We wanted it to feel real: Minnal Murali director Basil Joseph
Minnal Murali is the unlikely tale of a small-town tailor who is struck by lightning and awakes with superhuman strength. The thing is, another man in the same village was struck by lightning at the same time, and he’s not using his powers for good.
This twisty, thoroughly enjoyable tale gives India that extremely rare thing: a desi superhero. Its sense of being rooted in a cultural context (this is also Malayalam cinema’s first superhero movie) is no accident.
“Americans are used to comics and superheroes. In our culture, save for Shaktiman, we depend on mythical superheroes like Hanuman and Ram. There’s no template for a desi, homegrown superhero. Since we’re in the early stages of creating a superhero, we wanted to make ours grounded and relatable,” says director Basil Joseph, 32.
As a child, the Wayanad-born Joseph remembers watching India’s first 3D movie, My Dear Kuttichathan (Malayalam; 1984), released in Hindi as Chhota Chetan (1998). “As a kid, to watch ice-cream cones and chocolate bars come to life on a big screen was something else,” Joseph says.
That sense of “something else” was what he was going for, and the rootedness was both desirable and necessary, he says, because he knew that most of his audience over a certain age was made up of people who had never watched a Western superhero film.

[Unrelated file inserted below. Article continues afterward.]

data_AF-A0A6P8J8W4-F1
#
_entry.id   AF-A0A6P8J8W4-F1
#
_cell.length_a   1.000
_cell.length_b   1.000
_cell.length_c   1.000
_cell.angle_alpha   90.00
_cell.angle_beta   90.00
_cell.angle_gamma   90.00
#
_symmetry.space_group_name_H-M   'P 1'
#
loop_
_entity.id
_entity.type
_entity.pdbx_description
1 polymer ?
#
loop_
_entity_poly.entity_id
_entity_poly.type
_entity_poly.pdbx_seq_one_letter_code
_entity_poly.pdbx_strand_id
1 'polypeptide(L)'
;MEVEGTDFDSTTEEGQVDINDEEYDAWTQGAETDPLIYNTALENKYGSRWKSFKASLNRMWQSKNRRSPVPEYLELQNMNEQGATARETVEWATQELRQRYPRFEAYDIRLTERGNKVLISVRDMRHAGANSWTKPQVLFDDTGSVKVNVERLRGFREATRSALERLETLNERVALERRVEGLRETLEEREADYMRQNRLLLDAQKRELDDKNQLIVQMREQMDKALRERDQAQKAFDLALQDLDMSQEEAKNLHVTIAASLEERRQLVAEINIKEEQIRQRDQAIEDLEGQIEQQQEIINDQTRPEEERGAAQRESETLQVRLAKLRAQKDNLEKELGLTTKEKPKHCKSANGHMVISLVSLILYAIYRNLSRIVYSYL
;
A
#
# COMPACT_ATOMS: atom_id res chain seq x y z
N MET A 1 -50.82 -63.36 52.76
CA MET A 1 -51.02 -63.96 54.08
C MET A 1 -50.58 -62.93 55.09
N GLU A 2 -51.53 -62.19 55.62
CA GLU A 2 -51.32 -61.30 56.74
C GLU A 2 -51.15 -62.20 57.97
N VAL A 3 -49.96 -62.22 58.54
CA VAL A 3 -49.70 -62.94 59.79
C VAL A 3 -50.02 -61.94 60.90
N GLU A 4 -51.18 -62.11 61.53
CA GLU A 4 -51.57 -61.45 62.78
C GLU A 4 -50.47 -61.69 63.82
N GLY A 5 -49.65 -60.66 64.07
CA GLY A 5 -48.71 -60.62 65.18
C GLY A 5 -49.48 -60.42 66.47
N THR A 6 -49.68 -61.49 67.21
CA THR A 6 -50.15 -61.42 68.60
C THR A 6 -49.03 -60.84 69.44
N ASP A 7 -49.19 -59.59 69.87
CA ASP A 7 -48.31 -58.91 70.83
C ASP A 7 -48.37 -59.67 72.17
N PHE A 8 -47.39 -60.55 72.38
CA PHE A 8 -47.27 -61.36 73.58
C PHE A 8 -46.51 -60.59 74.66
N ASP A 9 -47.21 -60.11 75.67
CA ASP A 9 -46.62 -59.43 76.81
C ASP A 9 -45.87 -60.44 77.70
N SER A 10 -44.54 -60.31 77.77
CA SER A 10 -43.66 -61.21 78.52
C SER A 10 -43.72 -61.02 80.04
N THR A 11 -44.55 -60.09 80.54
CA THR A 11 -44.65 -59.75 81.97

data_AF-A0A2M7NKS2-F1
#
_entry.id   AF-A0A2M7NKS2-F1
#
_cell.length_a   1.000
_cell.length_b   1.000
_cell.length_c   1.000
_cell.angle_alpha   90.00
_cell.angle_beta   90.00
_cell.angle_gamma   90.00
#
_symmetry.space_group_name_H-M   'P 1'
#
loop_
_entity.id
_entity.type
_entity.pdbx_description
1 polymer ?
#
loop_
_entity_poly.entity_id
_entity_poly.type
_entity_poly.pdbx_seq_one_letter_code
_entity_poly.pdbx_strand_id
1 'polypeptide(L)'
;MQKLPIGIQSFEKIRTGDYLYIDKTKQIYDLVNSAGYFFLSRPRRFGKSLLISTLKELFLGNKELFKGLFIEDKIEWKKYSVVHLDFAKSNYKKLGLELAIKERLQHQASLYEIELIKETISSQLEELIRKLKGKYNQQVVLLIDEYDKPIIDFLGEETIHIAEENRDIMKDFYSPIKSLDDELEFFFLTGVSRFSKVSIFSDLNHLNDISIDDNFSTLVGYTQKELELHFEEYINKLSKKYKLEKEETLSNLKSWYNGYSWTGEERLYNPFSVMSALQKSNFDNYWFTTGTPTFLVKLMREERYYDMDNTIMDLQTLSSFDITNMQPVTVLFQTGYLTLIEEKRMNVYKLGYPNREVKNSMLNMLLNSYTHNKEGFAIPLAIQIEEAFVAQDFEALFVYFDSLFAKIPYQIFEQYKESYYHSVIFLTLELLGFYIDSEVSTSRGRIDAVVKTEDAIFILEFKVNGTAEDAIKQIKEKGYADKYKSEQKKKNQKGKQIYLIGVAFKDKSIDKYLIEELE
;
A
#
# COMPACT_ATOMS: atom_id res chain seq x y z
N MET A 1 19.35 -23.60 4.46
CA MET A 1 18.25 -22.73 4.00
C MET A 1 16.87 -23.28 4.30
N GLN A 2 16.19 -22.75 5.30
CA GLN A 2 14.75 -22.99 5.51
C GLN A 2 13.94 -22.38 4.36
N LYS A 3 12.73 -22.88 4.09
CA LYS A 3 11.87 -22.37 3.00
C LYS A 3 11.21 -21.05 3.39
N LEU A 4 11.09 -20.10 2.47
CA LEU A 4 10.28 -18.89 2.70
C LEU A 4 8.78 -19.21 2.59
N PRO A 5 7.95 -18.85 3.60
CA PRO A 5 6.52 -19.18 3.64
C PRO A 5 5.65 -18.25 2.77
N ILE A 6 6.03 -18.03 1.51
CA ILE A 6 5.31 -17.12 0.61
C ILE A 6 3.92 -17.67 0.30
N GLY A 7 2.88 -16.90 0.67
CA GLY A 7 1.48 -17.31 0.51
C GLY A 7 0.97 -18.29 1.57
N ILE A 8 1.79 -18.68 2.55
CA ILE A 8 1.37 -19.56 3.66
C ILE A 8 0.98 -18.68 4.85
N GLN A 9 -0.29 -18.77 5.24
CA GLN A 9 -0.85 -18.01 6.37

The film’s lead actor, Tovino Thomas, says the idea of a tailor becoming a superhero was appealing. It allowed the story to build in a way that was more realistic. He couldn’t, for instance, “look super-beefed-up at once”. Thomas, 32, has documented on Instagram his gradual transformation from regular Joe to Malayalam superhero. By the time his character finally makes himself a rather rakish superhero suit (he starts out in a lungi, with a gamcha for a mask), Thomas knew he’d have to be at his trimmest. “I definitely couldn’t have a potbelly,” he says laughing.
In terms of special effects, the realness meant that props and action sequences could be rooted in the rustic rather than faux-flashy. Lightning-quick reflexes are demonstrated when Minnal kicks a steel tiffin box back onto its counter. Elsewhere, a beedi vibrates on a table. “We placed an electromagnet under the table and a magnet inside the beedi. That’s how we got it to vibrate,” says Joseph, laughing. “We’ve done so many practical inventions on the set, laughing like kids at every output as if it were the Golden Goal in a Football World Cup.”
Thomas laughs too, remembering how he struggled to land punches in a mundu and slippers. “I don’t know how Batman, Superman and especially Ironman even move around in their suits,” he says.